BoehnerJohn BoehnerTop Lobbyists 2016: Hired Guns The Hill's 12:30 Report Rep. Meadows to run for Freedom Caucus chairman MORE’s comments come after the president met with House Republicans on Wednesday for the first time in two years.
“While this may have been the first time some of my colleagues have heard the president’s arguments so personally and directly, I’ve heard them all many times before,” Boehner wrote in an op-ed in The Washington Post.
Obama has launched a broad “charm offensive” to meet with congressional lawmakers from both parties.
GOP lawmakers peppered the president during their meeting with a number of pointed questions on a range of issues, including the budget, the Keystone XL oil pipeline review and cancelled White House tours due to sequestration.
Last week, Obama also took a dozen Republican senators out to dinner to discuss a potential deficit bargain. He also met with House Budget Committee Chairman Rep. Paul RyanPaul RyanFed pressures Congress to spend Trump small-donor army a double-edged sword for GOP Pence calls for Republicans to 'come home' to elect Trump MORE (R-Wis.) at the White House. He addressed Senate Democrats on Tuesday and will return for two more visits on Thursday and Friday to Capitol Hill.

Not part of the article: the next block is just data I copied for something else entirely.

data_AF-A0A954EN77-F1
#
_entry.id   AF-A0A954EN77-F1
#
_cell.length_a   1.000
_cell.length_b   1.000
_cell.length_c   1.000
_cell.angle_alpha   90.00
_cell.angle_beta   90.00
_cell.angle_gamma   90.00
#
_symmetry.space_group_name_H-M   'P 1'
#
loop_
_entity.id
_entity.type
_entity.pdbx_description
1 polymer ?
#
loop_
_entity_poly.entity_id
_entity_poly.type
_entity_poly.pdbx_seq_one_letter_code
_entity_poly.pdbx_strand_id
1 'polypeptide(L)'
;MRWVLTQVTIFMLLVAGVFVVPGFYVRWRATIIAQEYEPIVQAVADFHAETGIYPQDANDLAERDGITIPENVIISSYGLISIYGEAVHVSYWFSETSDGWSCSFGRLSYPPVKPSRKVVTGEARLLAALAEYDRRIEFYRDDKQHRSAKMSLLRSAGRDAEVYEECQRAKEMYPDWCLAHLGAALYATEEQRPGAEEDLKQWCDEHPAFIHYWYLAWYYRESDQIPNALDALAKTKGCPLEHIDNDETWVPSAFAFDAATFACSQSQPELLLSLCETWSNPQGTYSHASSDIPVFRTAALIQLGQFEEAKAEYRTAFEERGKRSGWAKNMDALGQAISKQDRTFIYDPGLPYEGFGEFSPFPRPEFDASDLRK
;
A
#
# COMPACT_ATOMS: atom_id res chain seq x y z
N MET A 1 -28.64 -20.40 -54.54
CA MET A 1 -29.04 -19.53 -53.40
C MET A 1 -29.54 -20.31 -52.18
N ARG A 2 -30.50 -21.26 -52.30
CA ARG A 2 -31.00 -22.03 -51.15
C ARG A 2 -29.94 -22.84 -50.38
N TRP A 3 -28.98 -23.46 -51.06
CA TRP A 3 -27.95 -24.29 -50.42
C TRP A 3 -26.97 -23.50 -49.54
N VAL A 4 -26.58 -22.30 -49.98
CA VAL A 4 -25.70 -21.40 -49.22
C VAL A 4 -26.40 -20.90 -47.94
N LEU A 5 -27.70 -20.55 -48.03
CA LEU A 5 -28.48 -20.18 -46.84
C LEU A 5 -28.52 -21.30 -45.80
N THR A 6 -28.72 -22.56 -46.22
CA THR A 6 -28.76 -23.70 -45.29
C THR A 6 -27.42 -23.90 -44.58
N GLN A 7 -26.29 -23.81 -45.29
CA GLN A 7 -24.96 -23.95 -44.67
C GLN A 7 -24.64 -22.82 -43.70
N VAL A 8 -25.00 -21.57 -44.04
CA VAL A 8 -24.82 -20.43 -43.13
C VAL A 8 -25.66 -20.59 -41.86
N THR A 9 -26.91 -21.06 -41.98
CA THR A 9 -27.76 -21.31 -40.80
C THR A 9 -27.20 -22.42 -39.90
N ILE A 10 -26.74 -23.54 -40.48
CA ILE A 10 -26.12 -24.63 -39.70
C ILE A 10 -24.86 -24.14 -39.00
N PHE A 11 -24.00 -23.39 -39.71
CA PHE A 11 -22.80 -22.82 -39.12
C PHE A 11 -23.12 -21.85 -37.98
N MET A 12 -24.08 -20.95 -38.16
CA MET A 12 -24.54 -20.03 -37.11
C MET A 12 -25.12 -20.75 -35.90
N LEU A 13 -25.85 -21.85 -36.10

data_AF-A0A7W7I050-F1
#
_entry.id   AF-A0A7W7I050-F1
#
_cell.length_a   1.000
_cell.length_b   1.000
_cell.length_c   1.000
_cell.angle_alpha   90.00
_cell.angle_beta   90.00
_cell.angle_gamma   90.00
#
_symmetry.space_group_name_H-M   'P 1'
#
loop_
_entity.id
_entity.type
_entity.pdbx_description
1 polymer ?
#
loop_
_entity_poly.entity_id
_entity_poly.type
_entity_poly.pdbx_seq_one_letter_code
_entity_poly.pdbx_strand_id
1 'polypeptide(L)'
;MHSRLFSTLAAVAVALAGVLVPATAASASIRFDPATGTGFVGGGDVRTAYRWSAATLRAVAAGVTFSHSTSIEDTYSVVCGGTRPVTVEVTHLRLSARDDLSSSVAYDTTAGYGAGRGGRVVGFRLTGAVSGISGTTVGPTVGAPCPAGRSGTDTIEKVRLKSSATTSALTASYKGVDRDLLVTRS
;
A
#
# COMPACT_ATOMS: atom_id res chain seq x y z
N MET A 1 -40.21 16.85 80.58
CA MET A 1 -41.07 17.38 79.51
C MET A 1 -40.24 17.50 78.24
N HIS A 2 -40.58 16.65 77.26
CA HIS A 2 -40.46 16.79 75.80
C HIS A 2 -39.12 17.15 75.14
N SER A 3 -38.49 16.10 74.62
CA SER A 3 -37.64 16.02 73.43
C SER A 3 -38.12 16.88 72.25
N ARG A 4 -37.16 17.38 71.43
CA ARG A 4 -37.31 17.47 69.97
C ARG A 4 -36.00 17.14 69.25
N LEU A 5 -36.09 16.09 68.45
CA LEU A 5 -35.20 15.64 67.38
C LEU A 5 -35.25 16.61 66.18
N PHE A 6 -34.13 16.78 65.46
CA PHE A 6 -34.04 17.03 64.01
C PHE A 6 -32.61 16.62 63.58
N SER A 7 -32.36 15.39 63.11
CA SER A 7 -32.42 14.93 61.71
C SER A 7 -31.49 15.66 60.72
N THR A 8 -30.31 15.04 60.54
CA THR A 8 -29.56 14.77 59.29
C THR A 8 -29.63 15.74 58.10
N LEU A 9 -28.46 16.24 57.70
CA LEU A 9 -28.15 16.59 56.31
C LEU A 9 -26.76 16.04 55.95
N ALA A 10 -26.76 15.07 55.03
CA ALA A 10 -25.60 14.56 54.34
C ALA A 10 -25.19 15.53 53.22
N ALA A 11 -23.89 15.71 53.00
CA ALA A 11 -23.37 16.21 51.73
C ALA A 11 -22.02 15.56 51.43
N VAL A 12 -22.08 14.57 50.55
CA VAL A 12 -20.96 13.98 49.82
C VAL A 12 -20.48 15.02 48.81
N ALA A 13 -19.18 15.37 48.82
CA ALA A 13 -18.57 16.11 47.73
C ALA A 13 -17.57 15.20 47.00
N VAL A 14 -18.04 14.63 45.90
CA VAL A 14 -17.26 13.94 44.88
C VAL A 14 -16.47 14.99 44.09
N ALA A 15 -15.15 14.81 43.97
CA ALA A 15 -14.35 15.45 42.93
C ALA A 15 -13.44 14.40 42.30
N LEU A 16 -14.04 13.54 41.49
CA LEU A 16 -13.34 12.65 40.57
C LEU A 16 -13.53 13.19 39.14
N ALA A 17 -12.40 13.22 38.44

Obama’s focus on congressional outreach has been met with mixed reactions from Republicans, many of whom have questioned whether it’s a genuine attempt to find common ground.
Democratic lawmakers have also pressed the president over fears he will concede too much to the GOP in his push to reach a broad deficit accord.
“If we’re going to find bipartisan solutions, the president will have to move beyond the same proposals and Democratic dogma,” Boehner said. “For all of Washington’s focus on the president’s outreach to Republicans, it’s his engagement with members of his own party that will determine whether we succeed in dealing with the challenges facing our economy.”
In the op-ed, Boehner also took credit for the release of the Democratic budget this week, saying it was the House’s No Budget No Pay law that prodded the Senate to action.
But he also said the president had moved further to the left on a handful issues, such as entitlement reform and spending, making it less likely any deal will be reached.
“Instead of continuing to backpedal, the president could put these ideas back in the mix — and make it so that this budget process isn’t just a political exercise that goes nowhere.”